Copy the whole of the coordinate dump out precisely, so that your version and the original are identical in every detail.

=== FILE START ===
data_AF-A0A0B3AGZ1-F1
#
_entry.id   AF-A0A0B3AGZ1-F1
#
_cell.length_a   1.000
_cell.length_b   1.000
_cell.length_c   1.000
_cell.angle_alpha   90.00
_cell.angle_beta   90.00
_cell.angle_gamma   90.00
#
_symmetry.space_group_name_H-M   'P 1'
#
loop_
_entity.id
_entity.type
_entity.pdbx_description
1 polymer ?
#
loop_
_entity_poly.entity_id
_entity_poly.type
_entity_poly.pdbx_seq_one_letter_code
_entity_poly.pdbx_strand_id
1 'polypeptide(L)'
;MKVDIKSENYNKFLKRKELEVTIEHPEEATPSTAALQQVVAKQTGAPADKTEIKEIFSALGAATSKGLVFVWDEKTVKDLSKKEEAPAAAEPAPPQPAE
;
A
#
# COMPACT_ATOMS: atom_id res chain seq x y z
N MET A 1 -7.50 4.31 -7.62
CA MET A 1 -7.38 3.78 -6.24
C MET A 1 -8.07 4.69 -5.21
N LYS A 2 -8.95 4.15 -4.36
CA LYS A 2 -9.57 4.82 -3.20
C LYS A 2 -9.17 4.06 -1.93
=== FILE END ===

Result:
data_AF-A0A0B3AGZ1-F1
#
_entry.id   AF-A0A0B3AGZ1-F1
#
_cell.length_a   1.000
_cell.length_b   1.000
_cell.length_c   1.000
_cell.angle_alpha   90.00
_cell.angle_beta   90.00
_cell.angle_gamma   90.00
#
_symmetry.space_group_name_H-M   'P 1'
#
loop_
_entity.id
_entity.type
_entity.pdbx_description
1 polymer ?
#
loop_
_entity_poly.entity_id
_entity_poly.type
_entity_poly.pdbx_seq_one_letter_code
_entity_poly.pdbx_strand_id
1 'polypeptide(L)'
;MKVDIKSENYNKFLKRKELEVTIEHPEEATPSTAALQQVVAKQTGAPADKTEIKEIFSALGAATSKGLVFVWDEKTVKDLSKKEEAPAAAEPAPPQPAE
;
A
#
# COMPACT_ATOMS: atom_id res chain seq x y z
N MET A 1 -7.50 4.31 -7.62
CA MET A 1 -7.38 3.78 -6.24
C MET A 1 -8.07 4.69 -5.21
N LYS A 2 -8.95 4.15 -4.36
CA LYS A 2 -9.57 4.82 -3.20
C LYS A 2 -9.17 4.06 -1.93